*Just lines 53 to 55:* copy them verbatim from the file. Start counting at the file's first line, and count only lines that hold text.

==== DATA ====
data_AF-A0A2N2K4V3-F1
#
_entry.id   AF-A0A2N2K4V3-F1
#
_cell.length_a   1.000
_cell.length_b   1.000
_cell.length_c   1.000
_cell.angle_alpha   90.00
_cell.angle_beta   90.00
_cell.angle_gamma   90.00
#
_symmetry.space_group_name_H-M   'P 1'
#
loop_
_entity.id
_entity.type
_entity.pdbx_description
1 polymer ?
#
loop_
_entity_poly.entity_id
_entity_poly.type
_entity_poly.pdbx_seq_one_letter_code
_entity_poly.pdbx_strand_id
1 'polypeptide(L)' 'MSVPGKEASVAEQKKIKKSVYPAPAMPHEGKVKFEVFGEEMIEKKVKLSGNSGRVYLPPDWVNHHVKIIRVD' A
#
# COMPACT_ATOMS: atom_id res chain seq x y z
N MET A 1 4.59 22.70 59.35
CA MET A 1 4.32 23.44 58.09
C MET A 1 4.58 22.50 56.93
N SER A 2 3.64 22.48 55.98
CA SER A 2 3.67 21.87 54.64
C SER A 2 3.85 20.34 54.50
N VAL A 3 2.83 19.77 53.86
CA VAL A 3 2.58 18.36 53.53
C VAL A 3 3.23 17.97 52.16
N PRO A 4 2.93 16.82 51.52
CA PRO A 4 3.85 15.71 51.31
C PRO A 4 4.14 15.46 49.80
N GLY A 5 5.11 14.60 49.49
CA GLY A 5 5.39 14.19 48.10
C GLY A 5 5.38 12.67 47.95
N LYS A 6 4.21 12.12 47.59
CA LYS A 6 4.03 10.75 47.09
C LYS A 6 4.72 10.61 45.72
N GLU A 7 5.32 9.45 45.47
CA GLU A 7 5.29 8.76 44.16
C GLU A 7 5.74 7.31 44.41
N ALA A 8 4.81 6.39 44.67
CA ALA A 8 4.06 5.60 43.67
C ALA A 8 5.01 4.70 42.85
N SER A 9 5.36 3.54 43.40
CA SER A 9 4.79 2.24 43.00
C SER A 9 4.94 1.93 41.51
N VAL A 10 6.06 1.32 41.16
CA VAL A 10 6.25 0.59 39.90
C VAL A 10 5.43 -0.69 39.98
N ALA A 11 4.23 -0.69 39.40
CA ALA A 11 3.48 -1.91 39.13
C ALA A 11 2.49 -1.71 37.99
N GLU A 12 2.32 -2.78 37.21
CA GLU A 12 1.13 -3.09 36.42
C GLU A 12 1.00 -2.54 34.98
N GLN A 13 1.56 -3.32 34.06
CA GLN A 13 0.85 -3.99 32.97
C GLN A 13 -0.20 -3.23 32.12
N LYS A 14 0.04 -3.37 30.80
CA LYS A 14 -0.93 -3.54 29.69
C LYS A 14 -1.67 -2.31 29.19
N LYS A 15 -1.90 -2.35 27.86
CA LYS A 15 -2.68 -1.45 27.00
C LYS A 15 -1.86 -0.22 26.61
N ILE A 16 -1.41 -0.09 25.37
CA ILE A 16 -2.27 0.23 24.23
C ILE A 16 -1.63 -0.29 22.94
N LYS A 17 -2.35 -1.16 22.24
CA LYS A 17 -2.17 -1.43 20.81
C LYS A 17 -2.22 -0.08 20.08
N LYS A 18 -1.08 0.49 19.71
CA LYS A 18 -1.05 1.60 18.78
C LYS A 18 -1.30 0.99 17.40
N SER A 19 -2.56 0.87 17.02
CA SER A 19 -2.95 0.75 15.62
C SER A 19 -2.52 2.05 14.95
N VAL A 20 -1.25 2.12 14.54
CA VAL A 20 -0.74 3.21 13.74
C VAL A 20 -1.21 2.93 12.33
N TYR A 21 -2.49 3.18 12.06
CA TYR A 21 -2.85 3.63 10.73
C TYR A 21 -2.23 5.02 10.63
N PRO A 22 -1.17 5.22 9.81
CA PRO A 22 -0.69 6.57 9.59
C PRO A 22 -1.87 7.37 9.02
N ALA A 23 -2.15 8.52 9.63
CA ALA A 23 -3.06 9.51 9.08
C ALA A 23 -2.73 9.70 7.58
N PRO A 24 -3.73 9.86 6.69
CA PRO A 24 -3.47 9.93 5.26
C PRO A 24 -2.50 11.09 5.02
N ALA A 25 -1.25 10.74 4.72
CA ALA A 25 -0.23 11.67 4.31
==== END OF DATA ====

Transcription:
CA SER A 9 4.79 2.24 43.00
C SER A 9 4.94 1.93 41.51
N VAL A 10 6.06 1.32 41.16